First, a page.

Fort Carson honors 9/11 victims
June 28, 2010
FORT CARSON, Colo. -- Fort Carson unveiled its World Trade Center Memorial within the memorial grove area near its main gate during a dedication ceremony held June 19.
The memorial honors the lives of the nearly 3,000 people killed in the attack on the Twin Towers during the morning of Sept. 11, 2001.
Placed permanently at the site is a twisted 17-foot-long steel I-beam, once part of the Twin Towers. In front of the beam lies a plaque with words honoring the many victims of the attack.
This was a day filled with mixed emotions for one Fort Carson Soldier, Capt. Patrick Dowdell, 1st Brigade Combat Team, 4th Infantry Division, who lost his father, a New York firefighter, in the attack.
"I feel very proud. He supported me being in the military and he loved his job in the fire department, so to put them all together, I know he'd be real proud that we're doing this. And the dedication isn't just to memorialize the (people) killed on 9/11, it's about everybody who sacrificed so much since," he said.
Members of the New York Fire Department Emerald Society Pipes and Drum Corps were also present. The group, composed entirely of active and retired New York City firefighters, travels the country in support of such events.
"It's a special day; to have the support of not just the military, but the fire department and the guys who have flown out from New York to support this, it just means a lot," he said.
Dowdell's father-in-law, Ken Neudeck, along with other members of his Family, also attended the ceremony.
"It's a great honor to be here, to see this dedication on behalf of everybody in 9/11. I know Patrick worked very, very hard on it. We're extremely proud of him and we're very, very proud to be here," said Neudeck.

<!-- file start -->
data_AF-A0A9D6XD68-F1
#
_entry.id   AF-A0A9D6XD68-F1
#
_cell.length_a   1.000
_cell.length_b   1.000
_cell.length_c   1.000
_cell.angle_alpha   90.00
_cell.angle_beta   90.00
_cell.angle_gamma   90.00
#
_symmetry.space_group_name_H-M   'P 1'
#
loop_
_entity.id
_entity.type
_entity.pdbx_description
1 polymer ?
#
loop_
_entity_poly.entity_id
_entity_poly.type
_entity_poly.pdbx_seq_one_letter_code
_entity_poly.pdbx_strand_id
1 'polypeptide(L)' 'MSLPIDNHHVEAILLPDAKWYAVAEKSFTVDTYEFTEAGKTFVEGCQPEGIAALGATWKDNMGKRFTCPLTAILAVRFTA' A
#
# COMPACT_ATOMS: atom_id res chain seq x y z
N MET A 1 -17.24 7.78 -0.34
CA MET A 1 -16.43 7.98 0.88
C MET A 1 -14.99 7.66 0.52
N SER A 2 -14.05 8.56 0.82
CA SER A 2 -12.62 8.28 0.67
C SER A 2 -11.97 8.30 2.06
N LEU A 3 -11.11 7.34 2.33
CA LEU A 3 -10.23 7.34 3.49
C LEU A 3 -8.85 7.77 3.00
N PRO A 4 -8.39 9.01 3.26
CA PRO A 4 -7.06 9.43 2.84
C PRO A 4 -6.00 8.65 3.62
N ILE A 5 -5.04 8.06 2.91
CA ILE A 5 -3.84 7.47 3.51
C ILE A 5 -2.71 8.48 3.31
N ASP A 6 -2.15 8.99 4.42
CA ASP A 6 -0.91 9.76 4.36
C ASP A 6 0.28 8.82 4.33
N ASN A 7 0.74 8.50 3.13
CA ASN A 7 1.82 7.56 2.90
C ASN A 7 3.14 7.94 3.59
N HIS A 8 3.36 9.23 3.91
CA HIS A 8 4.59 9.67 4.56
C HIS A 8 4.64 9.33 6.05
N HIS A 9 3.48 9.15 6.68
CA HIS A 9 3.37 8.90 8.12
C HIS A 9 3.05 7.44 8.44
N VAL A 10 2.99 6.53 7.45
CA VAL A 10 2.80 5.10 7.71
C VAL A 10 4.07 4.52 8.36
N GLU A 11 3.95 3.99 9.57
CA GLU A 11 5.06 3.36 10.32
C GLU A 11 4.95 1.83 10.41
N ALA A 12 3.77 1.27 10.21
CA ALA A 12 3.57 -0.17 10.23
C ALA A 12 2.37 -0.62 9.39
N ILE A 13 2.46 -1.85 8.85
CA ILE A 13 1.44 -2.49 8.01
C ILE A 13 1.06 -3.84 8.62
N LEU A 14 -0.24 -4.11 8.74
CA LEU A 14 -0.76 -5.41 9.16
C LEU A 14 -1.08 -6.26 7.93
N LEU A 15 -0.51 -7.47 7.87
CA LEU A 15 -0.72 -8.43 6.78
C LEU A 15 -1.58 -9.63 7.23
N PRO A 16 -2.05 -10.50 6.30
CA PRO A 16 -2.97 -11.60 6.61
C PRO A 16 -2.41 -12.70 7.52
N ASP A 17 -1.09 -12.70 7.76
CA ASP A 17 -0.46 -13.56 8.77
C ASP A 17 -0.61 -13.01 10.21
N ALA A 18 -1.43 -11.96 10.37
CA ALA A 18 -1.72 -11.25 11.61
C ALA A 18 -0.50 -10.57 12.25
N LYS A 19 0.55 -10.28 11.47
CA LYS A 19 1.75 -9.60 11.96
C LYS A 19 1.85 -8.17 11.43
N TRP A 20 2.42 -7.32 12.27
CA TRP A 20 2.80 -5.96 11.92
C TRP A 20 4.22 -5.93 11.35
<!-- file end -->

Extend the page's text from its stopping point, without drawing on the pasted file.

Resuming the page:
Fort Carson Good Neighbor Don Addy, president of the National Homeland Defense Foundation based in Colorado Springs, donated the I-beam for the memorial. Its meaning was not lost on anyone who attended.
"This is a truly monumental moment," said 1st Sgt. Henry Wilkins, 360th Transportation Company, 43rd Sustainment Brigade. "To see the beam from the building itself, this is why you see my entire company here, to memorialize this moment, and honor (those) that were there."
More than 450 of the victims from the attack were firefighters or other emergency personnel.
"It's a proud day for us with the loss of the firefighters in the World Trade Center," said Glen Silloway, Fort Carson fire chief. "It's kind of a real moment for us, so it's a real honor for us to have this memorial here on Fort Carson.
"It puts our job into reality as far as what we can be expected to do every day. Those firefighters that went into those towers that day never expected to die ... but they weren't worried about their own lives ... they went in to save other people, so I think for me it puts our job into perspective," said Andrew York, firefighter and emergency medical technician, Fort Carson Fire Department.
Speaking at the event was fire Capt. Liam Flaherty, New York City Fire Department, who lost many friends in the attack. His words held great meaning to those who attended the event.
"In the FDNY, the term 'brother' is often used when we address a comrade. It's an affectionate term that relays the family atmosphere of the job, and the closeness we feel for each other. Today, I would like to take the liberty, and address all of you here as brother and sister, because that is exactly how the FDNY feels about you, and what you do for us," he said.
Maj. Gen. David G. Perkins, commanding general, 4th Infantry Division and Fort Carson, spoke of the traits we Americans have that make us great.
"The one thing that has allowed our nation to continue on is the indomitable American spirit and determination. That alone is what has made our country (great). We are able to harness all of our resources and our strengths, but it is that American determination that holds freedom and liberty above all else," he said.
Many deaths occurred happened on the morning Flaherty called "the defining moment of our generation," and a new chapter began in the book that is America. Flaherty said his group's chapter is now complete, and now passes along to those who fight for our freedom.
"As we were winding down our operations and trying to get back to normal, we realized that this sad, horrific chapter of the book was drawing to a close," he said. "But a new, glorious and hopeful chapter was about to start, and it was to be written by our brothers and sisters from the armed forces. That chapter continues to be written today and thank you from the bottom of my heart."